Thomas Aquinas Omnipotence

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During the years following the Patristic era, Christian theologians and philosophers began to move away from mysticism and Neo-Platonism in order to synthesize Christian doctrine with systematic Aristotelian philosophy. This movement would be come known as Scholasticism, and it would become the principle school of thought throughout the medieval period. During this period, the line between philosophy and theology was blurred, and the problems of, psychology, metaphysics, and ethics were admitted into theological discourse (Scholasticism). Philosophers such as Thomas Aquinas, Duns Scotus, William of Ockham and others began to join creedal teachings with philosophical truths in order to defend their Catholic faith against the attacks of secular …show more content…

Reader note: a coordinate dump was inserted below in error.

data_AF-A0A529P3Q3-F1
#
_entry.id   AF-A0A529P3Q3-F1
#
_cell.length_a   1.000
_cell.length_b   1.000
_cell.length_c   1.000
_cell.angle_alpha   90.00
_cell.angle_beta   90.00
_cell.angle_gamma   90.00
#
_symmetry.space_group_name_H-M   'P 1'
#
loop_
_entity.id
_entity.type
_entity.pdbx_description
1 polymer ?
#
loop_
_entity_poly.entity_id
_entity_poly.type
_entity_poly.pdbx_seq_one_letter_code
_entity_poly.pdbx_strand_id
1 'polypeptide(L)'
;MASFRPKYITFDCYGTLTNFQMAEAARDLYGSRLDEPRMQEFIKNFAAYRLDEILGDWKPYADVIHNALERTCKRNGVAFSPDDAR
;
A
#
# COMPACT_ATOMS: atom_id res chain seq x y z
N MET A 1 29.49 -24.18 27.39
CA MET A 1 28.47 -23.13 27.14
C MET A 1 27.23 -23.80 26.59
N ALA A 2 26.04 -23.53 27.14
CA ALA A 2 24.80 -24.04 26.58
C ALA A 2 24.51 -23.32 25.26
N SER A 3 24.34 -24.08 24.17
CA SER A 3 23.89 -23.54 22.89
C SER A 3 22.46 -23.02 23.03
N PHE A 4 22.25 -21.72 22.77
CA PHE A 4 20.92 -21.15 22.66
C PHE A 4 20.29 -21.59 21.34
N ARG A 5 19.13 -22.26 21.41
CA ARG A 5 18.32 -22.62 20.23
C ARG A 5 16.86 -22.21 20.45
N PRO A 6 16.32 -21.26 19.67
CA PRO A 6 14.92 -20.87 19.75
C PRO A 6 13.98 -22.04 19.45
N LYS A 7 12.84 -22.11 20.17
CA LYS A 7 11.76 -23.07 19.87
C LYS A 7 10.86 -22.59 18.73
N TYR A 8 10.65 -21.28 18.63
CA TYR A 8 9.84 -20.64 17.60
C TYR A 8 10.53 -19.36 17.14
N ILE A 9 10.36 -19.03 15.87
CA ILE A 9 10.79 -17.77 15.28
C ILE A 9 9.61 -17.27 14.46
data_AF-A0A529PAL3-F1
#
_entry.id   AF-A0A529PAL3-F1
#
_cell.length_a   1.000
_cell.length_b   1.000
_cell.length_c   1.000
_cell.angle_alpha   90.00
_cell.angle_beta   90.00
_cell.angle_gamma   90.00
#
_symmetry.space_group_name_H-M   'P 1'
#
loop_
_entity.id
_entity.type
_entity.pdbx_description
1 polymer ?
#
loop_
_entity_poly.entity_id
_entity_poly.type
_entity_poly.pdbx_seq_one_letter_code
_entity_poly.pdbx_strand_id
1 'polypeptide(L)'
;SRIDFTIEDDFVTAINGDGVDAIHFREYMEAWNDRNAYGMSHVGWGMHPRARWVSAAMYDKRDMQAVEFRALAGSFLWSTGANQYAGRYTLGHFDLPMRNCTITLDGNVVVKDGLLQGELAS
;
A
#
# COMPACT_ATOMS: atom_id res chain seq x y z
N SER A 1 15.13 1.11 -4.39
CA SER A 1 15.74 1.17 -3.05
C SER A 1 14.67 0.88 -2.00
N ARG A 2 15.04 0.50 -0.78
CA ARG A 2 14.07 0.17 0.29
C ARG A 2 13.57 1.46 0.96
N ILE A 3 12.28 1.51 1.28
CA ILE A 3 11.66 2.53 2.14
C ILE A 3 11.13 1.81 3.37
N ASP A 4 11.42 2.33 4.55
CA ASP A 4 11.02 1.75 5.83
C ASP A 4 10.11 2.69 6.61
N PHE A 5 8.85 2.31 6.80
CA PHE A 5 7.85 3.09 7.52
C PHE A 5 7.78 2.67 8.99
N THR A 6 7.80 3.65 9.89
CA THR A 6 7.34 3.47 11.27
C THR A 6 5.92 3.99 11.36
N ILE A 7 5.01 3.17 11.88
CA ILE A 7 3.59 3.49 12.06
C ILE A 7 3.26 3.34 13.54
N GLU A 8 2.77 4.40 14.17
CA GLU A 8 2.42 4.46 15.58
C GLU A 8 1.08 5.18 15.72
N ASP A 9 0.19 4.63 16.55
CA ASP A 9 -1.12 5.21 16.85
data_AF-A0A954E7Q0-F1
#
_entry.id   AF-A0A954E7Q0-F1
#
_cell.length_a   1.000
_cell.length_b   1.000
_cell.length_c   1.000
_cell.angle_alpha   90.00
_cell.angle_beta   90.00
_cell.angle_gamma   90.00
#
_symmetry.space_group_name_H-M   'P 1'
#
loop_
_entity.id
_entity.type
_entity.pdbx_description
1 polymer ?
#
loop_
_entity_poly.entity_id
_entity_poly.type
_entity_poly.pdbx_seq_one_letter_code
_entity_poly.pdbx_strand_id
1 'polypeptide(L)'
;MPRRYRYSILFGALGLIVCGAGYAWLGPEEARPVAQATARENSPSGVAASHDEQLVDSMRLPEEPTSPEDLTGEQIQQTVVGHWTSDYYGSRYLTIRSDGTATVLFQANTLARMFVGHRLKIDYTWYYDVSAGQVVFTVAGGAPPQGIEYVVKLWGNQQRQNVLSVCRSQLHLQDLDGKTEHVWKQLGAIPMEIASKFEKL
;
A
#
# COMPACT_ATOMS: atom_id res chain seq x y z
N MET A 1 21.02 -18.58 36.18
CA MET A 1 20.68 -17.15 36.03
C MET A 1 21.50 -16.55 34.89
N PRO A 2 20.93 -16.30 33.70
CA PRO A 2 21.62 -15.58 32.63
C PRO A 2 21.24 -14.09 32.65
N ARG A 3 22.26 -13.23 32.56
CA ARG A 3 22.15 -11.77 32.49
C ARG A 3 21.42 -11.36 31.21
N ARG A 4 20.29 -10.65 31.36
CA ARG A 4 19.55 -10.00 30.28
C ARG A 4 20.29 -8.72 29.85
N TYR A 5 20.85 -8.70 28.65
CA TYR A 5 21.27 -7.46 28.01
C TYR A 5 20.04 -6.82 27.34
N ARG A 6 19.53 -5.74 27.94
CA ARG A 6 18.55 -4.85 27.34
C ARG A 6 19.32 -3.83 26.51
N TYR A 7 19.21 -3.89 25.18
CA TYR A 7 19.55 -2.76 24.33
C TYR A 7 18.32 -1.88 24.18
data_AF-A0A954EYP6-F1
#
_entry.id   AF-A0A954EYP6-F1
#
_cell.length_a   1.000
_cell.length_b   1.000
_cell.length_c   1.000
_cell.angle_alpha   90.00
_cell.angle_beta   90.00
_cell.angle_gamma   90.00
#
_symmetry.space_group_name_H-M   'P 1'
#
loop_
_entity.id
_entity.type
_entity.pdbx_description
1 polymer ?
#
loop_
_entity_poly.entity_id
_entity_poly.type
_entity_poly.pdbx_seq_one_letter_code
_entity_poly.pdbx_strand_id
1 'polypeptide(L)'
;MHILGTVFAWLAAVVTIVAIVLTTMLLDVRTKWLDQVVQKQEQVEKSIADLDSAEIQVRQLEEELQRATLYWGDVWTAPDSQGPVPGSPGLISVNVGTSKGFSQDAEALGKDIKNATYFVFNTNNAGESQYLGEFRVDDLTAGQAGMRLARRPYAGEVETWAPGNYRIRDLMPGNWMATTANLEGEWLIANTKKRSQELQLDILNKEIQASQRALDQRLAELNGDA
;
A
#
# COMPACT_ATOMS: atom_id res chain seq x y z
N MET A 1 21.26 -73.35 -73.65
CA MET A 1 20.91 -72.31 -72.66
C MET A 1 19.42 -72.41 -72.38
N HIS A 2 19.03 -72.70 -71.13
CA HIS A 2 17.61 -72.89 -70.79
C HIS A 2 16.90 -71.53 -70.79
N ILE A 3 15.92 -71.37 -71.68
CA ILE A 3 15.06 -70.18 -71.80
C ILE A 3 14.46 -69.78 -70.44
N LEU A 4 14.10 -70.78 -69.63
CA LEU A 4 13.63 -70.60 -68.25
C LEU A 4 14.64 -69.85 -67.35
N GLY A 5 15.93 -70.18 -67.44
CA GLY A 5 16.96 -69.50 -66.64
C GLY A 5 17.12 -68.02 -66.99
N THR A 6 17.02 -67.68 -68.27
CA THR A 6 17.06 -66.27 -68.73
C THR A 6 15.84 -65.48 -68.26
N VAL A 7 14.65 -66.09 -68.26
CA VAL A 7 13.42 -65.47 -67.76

Throughout the medieval period, philosophers attempted to define this omnipotence by determining what is necessarily possible and what is not. In his Summa Theologica, Thomas Aquinas attempts to define omnipotence as the attribute of God wherein “God can do all things that are possible” (ST I, Q.25. A.3). Building on Aquinas’ definition, Duns Scotus qualifies God’s omnipotence by arguing that God is omnipotent if and only if the power of God cannot be surpassed. For Scotus, for God to have infinite power, it is both necessary and sufficient for no other power to exist in the mind or in reality that would be greater then God’s (159). In his treatise on God and the Creatures, Scotus states, “No power could be greater than the infinite. One could not ever think of anything greater. If a power could be surpassed, it would not be infinite. But every power which is not omnipotent could be thought of as surpassed by a power which is omnipotent” (161). God’s power may be said to be omnipotent if and only if he can do all that is possible, and it is both necessary and sufficient for God’s power to be

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